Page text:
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In 2011, the United Nations Security Council adopted Resolution 1973, authorizing its member states to take measures to protect Libyan civilians from Muammar Gadhafi’s forces. In invoking the “responsibility to protect,” the resolution draws on the principle that sovereign states are responsible and accountable to the international community for the protection of their populations and that the international community can act to protect populations when national authorities fail to do so. The idea that sovereignty includes the responsibility to protect is often seen as a departure from the classic definition, but it actually has deep historical roots.
In Sovereignty and the Responsibility to Protect, Luke Glanville argues that this responsibility extends back to the sixteenth and seventeenth centuries, and that states have since been accountable for this responsibility to God, the people, and the international community. Over time, the right to national self-governance came to take priority over the protection of individual liberties, but the noninterventionist understanding of sovereignty was only firmly established in the twentieth century, and it remained for only a few decades before it was challenged by renewed claims that sovereigns are responsible for protection.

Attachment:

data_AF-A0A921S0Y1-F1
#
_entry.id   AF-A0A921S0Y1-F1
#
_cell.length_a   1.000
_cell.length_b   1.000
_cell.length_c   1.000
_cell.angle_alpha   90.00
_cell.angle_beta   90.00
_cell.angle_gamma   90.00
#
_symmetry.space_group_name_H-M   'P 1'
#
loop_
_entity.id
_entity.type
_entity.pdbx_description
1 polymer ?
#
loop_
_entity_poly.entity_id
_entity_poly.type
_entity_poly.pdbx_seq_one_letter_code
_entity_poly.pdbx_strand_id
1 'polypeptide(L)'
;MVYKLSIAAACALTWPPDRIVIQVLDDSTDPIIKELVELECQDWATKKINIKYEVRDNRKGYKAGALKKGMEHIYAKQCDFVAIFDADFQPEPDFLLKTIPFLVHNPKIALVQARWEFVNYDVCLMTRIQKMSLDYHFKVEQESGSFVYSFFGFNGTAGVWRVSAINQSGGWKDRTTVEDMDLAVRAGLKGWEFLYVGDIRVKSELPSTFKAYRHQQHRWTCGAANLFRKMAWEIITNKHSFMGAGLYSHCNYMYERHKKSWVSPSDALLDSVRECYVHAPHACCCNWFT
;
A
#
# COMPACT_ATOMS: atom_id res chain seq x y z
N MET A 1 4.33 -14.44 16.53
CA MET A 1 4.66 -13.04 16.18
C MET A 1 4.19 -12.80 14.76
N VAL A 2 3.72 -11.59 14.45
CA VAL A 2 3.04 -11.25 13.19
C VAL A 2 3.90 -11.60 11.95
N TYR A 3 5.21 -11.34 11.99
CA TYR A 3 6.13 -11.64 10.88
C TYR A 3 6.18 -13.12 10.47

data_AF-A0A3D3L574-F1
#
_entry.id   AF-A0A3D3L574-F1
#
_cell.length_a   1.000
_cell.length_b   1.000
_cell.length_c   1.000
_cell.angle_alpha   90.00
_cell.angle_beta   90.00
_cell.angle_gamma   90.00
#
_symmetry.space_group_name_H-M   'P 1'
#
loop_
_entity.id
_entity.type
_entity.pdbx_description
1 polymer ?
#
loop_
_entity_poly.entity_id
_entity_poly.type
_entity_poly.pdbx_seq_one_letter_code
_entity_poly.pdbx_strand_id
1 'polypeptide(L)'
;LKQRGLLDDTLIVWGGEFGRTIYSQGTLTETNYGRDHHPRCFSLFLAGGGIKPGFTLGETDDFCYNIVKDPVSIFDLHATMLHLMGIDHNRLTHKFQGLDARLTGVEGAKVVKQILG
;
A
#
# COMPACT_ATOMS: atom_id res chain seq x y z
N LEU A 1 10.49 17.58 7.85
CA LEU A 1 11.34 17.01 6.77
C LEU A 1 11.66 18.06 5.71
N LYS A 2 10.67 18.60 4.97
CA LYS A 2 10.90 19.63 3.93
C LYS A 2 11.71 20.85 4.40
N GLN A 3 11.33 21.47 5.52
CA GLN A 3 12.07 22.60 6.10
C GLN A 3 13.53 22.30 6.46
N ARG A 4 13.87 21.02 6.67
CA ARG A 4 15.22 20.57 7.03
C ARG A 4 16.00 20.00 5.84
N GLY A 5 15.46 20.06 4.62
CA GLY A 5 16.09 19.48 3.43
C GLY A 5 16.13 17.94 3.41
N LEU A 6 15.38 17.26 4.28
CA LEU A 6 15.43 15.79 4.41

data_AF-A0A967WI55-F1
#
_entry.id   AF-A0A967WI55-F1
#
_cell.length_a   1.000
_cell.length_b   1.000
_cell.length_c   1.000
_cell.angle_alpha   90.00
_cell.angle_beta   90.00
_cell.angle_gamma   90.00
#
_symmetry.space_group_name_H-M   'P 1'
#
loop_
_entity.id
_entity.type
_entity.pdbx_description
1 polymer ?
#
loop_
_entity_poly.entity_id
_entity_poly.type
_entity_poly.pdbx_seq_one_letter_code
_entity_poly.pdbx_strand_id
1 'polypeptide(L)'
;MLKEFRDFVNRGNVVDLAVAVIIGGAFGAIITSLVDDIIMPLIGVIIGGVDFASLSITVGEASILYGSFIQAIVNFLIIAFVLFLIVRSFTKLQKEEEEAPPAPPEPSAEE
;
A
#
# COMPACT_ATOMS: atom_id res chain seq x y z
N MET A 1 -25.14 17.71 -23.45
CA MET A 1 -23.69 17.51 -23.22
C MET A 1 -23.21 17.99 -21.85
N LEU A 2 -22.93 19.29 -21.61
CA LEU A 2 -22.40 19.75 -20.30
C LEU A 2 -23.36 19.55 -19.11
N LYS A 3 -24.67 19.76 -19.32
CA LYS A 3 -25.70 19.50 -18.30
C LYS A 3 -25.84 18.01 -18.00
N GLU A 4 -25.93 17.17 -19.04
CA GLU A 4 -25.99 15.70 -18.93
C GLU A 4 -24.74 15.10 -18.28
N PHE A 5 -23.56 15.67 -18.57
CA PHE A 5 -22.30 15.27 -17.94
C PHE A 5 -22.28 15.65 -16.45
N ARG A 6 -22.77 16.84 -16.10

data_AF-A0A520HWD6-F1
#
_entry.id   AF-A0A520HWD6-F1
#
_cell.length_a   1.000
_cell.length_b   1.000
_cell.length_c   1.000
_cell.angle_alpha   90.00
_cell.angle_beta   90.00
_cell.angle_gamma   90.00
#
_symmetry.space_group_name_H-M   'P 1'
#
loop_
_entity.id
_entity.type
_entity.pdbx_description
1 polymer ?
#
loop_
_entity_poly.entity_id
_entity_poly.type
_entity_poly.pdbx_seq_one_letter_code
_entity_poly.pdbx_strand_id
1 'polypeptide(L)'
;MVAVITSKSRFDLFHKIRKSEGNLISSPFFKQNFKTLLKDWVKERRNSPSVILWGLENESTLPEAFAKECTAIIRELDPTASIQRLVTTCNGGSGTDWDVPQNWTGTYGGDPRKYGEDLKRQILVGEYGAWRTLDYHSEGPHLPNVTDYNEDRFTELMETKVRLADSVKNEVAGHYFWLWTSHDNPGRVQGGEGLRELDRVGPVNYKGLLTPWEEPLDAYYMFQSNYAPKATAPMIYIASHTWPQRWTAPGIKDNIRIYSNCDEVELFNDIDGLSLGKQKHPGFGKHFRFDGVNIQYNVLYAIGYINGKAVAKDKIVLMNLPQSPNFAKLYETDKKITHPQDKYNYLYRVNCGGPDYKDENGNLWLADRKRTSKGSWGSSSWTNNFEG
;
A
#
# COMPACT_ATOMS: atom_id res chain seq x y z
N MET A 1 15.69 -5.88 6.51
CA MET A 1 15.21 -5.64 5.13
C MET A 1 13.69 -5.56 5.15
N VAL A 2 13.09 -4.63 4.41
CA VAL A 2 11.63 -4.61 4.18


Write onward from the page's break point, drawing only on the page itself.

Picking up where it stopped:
Glanville traces the relationship between sovereignty and responsibility from the early modern period to the present day, and offers a new history with profound implications for the present.
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Luke Glanville is a fellow in the Department of International Relations at the Australian National University. He lives in Canberra, Australia, and is coeditor of several books, including Protecting the Displaced and The Responsibility to Protect and International Law.Review:
“Luke Glanville provides a powerful corrective to the literature that sees sovereignty—and particularly the right of nonintervention—as a static norm in international politics, showing that there has always been an inherent tension between rights and responsibilities and that the ‘traditional’ meaning of sovereignty became predominant only at the end of World War II. Well-written and deeply rooted in the relevant literature, Sovereignty and the Responsibility to Protect makes a valuable contribution to scholarship in international relations.”
(Stacie Goddard, Wellesley College)
"In international relations, sovereignty has often been associated with the rule of noninterference. In practice, it has been used as a veil behind which abusive governments hide. In this brilliant new book, Luke Glanville explodes the myth that sovereignty grants states carte blanche to govern however they please. In meticulous detail, Glanville shows that the theory and practice of sovereignty has always entailed responsibilities as well as rights. Sovereignty and the Responsibility to Protect forces us all to rethink how we understand, practice, and teach others about sovereignty. As such, it marks an important contribution to the field that should be read by newcomers and old hands alike."